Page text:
# What is the Payout Ratio?

## Payout Ratio

The payout ratio, also known as the dividend payout ratio, is a financial metric that indicates the percentage of a company’s earnings that is paid to shareholders in the form of dividends. It shows how much of the company’s profits are being distributed as dividends, and how much is retained for reinvestment or to cover debt.

The payout ratio is calculated using the following formula:

Payout Ratio = Dividends per Share (DPS) / Earnings per Share (EPS)

A lower payout ratio could mean that the company is retaining more earnings for growth, while a higher payout ratio could indicate that the company is distributing a larger portion of its earnings to its shareholders. However, a very high payout ratio can also be a warning sign, as it might be unsustainable in the long term.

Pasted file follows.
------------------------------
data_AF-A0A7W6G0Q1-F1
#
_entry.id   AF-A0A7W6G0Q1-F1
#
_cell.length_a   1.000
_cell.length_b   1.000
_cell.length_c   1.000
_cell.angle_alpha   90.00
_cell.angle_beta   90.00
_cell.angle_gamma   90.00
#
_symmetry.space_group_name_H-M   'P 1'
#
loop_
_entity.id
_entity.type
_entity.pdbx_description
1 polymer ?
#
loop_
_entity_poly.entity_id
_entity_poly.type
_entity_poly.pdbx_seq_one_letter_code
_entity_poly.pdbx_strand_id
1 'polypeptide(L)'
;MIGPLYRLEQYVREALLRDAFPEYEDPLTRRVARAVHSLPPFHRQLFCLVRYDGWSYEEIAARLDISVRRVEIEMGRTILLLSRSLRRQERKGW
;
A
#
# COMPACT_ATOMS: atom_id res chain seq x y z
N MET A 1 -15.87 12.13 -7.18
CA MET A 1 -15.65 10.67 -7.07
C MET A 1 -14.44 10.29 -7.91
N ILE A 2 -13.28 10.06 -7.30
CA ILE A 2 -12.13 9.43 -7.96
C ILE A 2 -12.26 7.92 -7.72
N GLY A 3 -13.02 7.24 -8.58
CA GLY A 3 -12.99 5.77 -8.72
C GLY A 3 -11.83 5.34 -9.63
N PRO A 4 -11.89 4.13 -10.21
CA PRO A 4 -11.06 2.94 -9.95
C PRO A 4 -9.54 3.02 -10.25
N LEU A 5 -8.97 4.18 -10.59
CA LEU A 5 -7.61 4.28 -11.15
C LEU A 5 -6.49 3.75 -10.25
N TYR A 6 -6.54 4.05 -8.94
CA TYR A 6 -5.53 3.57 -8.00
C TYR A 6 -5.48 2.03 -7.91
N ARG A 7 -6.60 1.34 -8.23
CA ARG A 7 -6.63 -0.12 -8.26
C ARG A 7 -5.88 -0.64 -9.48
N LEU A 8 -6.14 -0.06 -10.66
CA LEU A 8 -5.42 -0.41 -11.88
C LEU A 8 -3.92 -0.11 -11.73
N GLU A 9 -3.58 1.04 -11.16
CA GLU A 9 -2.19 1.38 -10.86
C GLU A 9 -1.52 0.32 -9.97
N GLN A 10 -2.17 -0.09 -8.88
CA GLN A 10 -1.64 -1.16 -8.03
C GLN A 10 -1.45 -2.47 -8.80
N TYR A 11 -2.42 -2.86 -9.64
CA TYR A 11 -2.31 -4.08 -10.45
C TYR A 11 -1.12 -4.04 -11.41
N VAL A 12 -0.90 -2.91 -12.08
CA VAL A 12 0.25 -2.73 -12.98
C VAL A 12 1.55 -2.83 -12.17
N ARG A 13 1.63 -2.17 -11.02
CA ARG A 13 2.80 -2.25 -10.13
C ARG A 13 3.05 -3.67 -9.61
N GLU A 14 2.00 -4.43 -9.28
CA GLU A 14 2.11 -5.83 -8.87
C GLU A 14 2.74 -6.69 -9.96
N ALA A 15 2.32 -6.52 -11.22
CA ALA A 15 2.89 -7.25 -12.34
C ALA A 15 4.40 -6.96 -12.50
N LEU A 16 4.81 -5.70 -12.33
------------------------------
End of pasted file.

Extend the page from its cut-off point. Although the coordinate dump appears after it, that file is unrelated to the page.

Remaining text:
It’s worth mentioning that this ratio can vary widely among different industries and companies. So it’s important to compare companies within the same industry, and also to consider the company’s growth stage, earnings stability, and the industry’s norm.

## Example of the Payout Ratio

Let’s look at a practical example to understand the payout ratio.

Let’s say we have a Company XYZ which reported earnings per share (EPS) of \$2.00 for the last fiscal year. During the same period, it paid dividends per share (DPS) of \$1.00.

Using the payout ratio formula, we calculate:

Payout Ratio = DPS / EPS
Payout Ratio = \$1.00 / \$2.00
Payout Ratio = 0.5 or 50%

This means that Company XYZ paid out 50% of its earnings as dividends to shareholders. The remaining 50% could be retained within the company for various purposes such as reinvestment for growth, paying off debt, or increasing cash reserves.

It’s important to remember that just because a company has a high or low payout ratio doesn’t necessarily make it a good or bad investment. Other factors must be considered like the company’s growth rate, the stability of earnings, its level of debt, and its reinvestment opportunities.